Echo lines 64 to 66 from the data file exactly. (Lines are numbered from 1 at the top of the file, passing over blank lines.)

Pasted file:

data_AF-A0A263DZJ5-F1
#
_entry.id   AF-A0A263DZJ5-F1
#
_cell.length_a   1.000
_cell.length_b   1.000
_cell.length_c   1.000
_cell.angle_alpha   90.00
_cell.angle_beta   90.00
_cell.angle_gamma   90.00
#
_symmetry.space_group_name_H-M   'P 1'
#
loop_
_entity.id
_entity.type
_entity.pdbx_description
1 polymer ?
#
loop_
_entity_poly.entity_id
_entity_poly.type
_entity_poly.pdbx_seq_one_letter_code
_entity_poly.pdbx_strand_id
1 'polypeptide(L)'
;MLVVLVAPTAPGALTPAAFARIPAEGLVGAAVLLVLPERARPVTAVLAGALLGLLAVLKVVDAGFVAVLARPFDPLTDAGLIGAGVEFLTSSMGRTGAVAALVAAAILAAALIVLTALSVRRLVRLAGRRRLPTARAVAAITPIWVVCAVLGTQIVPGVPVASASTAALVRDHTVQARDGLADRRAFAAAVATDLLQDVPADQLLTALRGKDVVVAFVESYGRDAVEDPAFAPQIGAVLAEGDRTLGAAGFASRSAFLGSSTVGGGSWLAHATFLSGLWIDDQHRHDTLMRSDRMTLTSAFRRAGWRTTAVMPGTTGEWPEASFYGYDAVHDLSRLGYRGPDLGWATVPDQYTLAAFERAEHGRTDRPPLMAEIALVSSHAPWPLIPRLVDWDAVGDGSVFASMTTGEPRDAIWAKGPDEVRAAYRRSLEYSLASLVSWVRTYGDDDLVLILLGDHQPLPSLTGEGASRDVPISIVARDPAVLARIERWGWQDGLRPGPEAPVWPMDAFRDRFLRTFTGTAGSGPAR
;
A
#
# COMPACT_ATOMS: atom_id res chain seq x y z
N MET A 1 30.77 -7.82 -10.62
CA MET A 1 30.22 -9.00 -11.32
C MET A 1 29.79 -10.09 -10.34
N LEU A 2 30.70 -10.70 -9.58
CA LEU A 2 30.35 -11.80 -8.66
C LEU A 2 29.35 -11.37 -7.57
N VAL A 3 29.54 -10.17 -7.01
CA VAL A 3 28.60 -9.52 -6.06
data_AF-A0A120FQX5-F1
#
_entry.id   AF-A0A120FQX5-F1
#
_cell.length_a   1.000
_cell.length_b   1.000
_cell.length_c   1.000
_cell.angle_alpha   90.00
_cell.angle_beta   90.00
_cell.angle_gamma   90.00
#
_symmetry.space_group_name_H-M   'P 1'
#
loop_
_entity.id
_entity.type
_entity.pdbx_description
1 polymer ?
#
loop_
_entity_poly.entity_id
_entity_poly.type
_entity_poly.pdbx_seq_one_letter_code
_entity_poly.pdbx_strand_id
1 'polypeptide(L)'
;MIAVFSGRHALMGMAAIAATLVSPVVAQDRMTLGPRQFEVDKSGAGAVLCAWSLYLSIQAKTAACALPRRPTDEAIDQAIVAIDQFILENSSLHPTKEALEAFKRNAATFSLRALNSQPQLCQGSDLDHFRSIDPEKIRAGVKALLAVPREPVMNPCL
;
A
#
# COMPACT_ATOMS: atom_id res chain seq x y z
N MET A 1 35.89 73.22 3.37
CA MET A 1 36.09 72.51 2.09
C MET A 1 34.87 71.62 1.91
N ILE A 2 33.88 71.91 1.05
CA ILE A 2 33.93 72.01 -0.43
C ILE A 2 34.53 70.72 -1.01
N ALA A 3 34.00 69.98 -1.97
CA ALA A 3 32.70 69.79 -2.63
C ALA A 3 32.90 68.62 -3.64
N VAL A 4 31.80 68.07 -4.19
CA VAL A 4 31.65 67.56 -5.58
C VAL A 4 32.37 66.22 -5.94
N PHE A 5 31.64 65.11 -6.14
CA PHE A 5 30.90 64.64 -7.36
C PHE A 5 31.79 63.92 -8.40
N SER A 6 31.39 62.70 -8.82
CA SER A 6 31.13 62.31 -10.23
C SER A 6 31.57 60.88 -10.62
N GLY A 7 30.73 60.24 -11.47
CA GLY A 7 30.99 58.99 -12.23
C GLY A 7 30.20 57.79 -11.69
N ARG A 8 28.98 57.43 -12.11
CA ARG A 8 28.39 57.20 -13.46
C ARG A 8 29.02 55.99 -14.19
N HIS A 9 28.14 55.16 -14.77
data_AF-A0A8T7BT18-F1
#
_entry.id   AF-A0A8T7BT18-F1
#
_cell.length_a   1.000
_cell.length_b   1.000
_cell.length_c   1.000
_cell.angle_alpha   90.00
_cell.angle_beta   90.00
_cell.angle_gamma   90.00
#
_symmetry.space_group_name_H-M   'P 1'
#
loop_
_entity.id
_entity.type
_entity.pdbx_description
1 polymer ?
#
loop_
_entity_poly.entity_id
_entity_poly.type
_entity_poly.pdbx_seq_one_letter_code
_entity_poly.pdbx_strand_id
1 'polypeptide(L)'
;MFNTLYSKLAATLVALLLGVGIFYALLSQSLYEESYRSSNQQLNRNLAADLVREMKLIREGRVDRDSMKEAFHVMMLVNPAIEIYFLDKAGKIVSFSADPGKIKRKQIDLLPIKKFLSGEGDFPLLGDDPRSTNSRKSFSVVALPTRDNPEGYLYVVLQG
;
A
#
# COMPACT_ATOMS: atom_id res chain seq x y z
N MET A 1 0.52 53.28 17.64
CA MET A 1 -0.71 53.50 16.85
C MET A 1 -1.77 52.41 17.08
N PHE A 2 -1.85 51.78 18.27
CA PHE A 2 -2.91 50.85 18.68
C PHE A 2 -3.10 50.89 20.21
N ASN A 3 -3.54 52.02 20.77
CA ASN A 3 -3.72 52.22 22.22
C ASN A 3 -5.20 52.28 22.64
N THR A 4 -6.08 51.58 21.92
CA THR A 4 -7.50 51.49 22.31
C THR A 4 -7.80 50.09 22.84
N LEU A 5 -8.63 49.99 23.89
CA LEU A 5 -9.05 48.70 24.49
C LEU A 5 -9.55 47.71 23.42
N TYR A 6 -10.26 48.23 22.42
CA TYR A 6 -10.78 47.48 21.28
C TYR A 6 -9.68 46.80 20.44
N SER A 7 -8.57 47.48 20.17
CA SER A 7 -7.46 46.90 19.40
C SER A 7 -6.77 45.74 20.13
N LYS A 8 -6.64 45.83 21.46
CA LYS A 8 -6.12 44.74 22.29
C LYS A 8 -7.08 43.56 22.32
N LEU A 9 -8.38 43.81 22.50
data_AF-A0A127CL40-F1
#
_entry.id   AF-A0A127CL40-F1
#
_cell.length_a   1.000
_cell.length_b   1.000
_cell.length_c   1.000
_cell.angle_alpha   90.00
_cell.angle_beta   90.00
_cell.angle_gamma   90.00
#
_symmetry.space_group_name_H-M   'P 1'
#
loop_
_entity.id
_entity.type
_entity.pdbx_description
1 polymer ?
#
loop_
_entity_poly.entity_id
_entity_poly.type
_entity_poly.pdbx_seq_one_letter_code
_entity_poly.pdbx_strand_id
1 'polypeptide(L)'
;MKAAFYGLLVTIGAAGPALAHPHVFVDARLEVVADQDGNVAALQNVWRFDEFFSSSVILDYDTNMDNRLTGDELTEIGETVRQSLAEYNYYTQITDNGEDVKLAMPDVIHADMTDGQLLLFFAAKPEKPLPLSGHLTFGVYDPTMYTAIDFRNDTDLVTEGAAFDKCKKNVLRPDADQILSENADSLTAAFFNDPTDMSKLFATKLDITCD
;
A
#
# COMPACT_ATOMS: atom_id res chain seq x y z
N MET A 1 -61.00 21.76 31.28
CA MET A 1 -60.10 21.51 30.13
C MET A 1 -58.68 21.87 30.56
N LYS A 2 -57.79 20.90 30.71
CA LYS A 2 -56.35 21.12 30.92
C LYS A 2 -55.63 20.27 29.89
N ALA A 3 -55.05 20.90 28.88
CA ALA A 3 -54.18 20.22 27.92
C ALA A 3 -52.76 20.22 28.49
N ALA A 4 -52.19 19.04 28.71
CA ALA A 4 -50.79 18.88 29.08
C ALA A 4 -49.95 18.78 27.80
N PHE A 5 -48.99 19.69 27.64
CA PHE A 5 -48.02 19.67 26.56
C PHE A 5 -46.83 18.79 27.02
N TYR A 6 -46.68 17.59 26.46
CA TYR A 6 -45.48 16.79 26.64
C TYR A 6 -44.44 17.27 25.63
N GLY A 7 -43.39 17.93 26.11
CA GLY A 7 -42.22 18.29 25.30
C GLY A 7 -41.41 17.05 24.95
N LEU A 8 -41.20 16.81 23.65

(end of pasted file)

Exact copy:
;MIAVFSGRHALMGMAAIAATLVSPVVAQDRMTLGPRQFEVDKSGAGAVLCAWSLYLSIQAKTAACALPRRPTDEAIDQAIVAIDQFILENSSLHPTKEALEAFKRNAATFSLRALNSQPQLCQGSDLDHFRSIDPEKIRAGVKALLAVPREPVMNPCL
;
A